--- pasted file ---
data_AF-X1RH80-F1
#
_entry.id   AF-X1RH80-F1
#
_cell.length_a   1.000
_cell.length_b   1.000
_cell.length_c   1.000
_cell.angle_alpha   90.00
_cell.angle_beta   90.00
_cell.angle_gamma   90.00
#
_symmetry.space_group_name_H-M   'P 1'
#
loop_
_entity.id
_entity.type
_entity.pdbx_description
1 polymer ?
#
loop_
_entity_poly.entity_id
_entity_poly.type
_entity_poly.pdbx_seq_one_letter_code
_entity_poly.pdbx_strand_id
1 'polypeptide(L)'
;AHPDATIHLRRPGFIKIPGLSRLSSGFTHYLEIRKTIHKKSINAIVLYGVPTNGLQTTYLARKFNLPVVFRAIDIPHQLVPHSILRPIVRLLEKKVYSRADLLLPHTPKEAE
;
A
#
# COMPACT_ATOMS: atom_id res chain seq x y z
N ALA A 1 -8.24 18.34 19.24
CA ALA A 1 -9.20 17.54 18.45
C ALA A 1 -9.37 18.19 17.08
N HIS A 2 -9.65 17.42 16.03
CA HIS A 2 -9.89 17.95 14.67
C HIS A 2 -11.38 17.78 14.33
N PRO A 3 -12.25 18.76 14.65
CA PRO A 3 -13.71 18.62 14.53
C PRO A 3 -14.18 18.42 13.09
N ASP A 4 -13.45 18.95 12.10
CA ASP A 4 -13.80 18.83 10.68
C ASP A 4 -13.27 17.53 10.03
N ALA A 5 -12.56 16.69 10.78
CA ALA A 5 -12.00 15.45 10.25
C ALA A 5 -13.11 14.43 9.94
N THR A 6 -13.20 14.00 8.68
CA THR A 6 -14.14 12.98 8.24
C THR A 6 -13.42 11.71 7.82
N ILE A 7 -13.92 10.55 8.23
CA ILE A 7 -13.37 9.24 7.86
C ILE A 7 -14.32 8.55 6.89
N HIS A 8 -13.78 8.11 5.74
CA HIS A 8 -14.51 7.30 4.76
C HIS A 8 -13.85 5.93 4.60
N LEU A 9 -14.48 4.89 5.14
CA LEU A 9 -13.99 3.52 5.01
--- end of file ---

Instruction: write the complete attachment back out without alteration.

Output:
data_AF-X1RH80-F1
#
_entry.id   AF-X1RH80-F1
#
_cell.length_a   1.000
_cell.length_b   1.000
_cell.length_c   1.000
_cell.angle_alpha   90.00
_cell.angle_beta   90.00
_cell.angle_gamma   90.00
#
_symmetry.space_group_name_H-M   'P 1'
#
loop_
_entity.id
_entity.type
_entity.pdbx_description
1 polymer ?
#
loop_
_entity_poly.entity_id
_entity_poly.type
_entity_poly.pdbx_seq_one_letter_code
_entity_poly.pdbx_strand_id
1 'polypeptide(L)'
;AHPDATIHLRRPGFIKIPGLSRLSSGFTHYLEIRKTIHKKSINAIVLYGVPTNGLQTTYLARKFNLPVVFRAIDIPHQLVPHSILRPIVRLLEKKVYSRADLLLPHTPKEAE
;
A
#
# COMPACT_ATOMS: atom_id res chain seq x y z
N ALA A 1 -8.24 18.34 19.24
CA ALA A 1 -9.20 17.54 18.45
C ALA A 1 -9.37 18.19 17.08
N HIS A 2 -9.65 17.42 16.03
CA HIS A 2 -9.89 17.95 14.67
C HIS A 2 -11.38 17.78 14.33
N PRO A 3 -12.25 18.76 14.65
CA PRO A 3 -13.71 18.62 14.53
C PRO A 3 -14.18 18.42 13.09
N ASP A 4 -13.45 18.95 12.10
CA ASP A 4 -13.80 18.83 10.68
C ASP A 4 -13.27 17.53 10.03
N ALA A 5 -12.56 16.69 10.78
CA ALA A 5 -12.00 15.45 10.25
C ALA A 5 -13.11 14.43 9.94
N THR A 6 -13.20 14.00 8.68
CA THR A 6 -14.14 12.98 8.24
C THR A 6 -13.42 11.71 7.82
N ILE A 7 -13.92 10.55 8.23
CA ILE A 7 -13.37 9.24 7.86
C ILE A 7 -14.32 8.55 6.89
N HIS A 8 -13.78 8.11 5.74
CA HIS A 8 -14.51 7.30 4.76
C HIS A 8 -13.85 5.93 4.60
N LEU A 9 -14.48 4.89 5.14
CA LEU A 9 -13.99 3.52 5.01